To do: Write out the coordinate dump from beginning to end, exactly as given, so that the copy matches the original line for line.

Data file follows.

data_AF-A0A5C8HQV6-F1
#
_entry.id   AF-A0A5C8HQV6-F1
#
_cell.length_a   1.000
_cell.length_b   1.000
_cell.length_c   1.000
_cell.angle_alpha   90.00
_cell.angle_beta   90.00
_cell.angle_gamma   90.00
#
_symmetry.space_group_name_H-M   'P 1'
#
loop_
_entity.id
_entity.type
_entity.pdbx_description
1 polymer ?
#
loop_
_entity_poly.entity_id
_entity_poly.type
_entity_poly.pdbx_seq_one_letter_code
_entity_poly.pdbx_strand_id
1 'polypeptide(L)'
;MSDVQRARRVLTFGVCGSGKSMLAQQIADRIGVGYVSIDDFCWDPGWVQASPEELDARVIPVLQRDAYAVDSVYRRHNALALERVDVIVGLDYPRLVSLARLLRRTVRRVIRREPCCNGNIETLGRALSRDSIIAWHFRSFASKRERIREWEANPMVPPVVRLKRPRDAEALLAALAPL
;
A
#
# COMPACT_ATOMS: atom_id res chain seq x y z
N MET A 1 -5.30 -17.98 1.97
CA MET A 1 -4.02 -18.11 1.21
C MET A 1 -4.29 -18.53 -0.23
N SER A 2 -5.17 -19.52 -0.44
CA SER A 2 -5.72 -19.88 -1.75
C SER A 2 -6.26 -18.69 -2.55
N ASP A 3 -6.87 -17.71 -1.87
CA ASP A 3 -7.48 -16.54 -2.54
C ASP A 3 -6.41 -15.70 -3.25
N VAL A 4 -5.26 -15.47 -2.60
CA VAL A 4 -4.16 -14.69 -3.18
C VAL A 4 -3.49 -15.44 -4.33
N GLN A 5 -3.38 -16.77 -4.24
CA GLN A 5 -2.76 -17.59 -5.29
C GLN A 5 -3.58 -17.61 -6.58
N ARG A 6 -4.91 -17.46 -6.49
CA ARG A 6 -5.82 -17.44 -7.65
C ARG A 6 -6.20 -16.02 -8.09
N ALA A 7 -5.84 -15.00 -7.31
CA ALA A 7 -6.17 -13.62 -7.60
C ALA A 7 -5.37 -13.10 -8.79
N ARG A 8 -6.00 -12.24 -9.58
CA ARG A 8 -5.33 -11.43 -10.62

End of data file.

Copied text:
data_AF-A0A5C8HQV6-F1
#
_entry.id   AF-A0A5C8HQV6-F1
#
_cell.length_a   1.000
_cell.length_b   1.000
_cell.length_c   1.000
_cell.angle_alpha   90.00
_cell.angle_beta   90.00
_cell.angle_gamma   90.00
#
_symmetry.space_group_name_H-M   'P 1'
#
loop_
_entity.id
_entity.type
_entity.pdbx_description
1 polymer ?
#
loop_
_entity_poly.entity_id
_entity_poly.type
_entity_poly.pdbx_seq_one_letter_code
_entity_poly.pdbx_strand_id
1 'polypeptide(L)'
;MSDVQRARRVLTFGVCGSGKSMLAQQIADRIGVGYVSIDDFCWDPGWVQASPEELDARVIPVLQRDAYAVDSVYRRHNALALERVDVIVGLDYPRLVSLARLLRRTVRRVIRREPCCNGNIETLGRALSRDSIIAWHFRSFASKRERIREWEANPMVPPVVRLKRPRDAEALLAALAPL
;
A
#
# COMPACT_ATOMS: atom_id res chain seq x y z
N MET A 1 -5.30 -17.98 1.97
CA MET A 1 -4.02 -18.11 1.21
C MET A 1 -4.29 -18.53 -0.23
N SER A 2 -5.17 -19.52 -0.44
CA SER A 2 -5.72 -19.88 -1.75
C SER A 2 -6.26 -18.69 -2.55
N ASP A 3 -6.87 -17.71 -1.87
CA ASP A 3 -7.48 -16.54 -2.54
C ASP A 3 -6.41 -15.70 -3.25
N VAL A 4 -5.26 -15.47 -2.60
CA VAL A 4 -4.16 -14.69 -3.18
C VAL A 4 -3.49 -15.44 -4.33
N GLN A 5 -3.38 -16.77 -4.24
CA GLN A 5 -2.76 -17.59 -5.29
C GLN A 5 -3.58 -17.61 -6.58
N ARG A 6 -4.91 -17.46 -6.49
CA ARG A 6 -5.82 -17.44 -7.65
C ARG A 6 -6.20 -16.02 -8.09
N ALA A 7 -5.84 -15.00 -7.31
CA ALA A 7 -6.17 -13.62 -7.60
C ALA A 7 -5.37 -13.10 -8.79
N ARG A 8 -6.00 -12.24 -9.58
CA ARG A 8 -5.33 -11.43 -10.62